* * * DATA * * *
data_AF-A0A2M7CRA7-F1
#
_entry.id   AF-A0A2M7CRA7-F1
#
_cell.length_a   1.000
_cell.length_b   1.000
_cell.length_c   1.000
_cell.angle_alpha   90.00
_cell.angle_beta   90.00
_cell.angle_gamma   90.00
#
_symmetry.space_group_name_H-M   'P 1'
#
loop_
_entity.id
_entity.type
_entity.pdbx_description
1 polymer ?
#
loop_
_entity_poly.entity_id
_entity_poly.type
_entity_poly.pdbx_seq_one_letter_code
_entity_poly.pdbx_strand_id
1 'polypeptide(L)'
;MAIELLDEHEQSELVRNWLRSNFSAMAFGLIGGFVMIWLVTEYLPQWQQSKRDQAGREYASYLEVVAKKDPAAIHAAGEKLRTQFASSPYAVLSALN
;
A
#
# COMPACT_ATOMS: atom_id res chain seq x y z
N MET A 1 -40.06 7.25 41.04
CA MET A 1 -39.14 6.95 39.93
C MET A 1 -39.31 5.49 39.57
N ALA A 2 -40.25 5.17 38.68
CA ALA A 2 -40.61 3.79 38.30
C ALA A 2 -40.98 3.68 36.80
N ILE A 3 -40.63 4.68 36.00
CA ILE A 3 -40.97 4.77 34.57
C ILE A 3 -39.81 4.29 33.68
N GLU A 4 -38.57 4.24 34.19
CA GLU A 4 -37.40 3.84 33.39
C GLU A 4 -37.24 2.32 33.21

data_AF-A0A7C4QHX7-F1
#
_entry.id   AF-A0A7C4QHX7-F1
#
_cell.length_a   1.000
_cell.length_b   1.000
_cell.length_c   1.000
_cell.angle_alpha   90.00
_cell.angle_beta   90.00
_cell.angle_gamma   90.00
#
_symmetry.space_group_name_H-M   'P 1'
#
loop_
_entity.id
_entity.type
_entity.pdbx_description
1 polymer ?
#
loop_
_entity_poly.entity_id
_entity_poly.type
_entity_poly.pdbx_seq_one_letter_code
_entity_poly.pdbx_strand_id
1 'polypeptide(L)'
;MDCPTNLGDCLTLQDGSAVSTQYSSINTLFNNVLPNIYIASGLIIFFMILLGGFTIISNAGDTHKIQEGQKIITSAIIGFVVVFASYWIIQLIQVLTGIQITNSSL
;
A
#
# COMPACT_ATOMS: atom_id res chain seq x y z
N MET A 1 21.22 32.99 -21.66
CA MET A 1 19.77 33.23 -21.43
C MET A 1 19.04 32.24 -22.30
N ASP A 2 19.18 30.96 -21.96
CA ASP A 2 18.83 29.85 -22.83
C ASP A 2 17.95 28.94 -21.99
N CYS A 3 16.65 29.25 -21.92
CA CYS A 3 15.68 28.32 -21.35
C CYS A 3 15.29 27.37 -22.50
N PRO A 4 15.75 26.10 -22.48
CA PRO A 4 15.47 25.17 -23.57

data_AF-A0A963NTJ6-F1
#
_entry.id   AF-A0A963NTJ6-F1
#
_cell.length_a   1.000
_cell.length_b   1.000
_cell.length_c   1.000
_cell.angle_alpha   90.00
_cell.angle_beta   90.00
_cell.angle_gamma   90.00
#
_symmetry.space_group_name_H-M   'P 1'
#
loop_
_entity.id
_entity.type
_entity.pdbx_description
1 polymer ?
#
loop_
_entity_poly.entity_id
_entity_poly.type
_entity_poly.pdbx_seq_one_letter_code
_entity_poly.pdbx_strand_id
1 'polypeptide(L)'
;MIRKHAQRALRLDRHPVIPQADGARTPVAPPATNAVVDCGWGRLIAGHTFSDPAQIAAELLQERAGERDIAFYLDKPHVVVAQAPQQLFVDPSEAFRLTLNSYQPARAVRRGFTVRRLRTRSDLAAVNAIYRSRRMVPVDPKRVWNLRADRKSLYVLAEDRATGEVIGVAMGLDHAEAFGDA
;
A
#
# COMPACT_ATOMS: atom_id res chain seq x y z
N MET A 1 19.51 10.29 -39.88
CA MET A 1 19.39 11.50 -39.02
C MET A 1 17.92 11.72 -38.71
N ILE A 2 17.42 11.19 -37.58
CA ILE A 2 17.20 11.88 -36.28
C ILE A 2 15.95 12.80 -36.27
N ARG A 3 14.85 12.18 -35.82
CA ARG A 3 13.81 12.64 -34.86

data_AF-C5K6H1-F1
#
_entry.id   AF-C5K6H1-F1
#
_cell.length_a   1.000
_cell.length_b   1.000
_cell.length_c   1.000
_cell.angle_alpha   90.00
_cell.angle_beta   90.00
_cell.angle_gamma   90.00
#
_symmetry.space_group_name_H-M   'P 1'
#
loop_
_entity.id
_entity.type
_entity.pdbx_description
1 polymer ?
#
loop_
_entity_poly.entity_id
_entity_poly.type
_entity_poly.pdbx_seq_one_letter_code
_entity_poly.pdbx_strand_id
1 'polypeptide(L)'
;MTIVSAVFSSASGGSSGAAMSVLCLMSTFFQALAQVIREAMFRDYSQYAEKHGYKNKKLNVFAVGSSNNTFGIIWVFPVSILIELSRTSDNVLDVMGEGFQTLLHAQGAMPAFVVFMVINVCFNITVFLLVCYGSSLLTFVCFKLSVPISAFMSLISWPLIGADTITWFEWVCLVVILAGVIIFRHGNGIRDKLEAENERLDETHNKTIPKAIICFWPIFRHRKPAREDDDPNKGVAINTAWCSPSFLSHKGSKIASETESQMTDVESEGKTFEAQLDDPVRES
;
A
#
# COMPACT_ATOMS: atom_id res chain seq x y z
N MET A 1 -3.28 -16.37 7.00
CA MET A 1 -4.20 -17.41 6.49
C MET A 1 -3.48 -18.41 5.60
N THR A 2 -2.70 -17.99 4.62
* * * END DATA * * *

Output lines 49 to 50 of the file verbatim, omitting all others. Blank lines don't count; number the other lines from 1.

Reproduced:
_cell.length_c   1.000
_cell.angle_alpha   90.00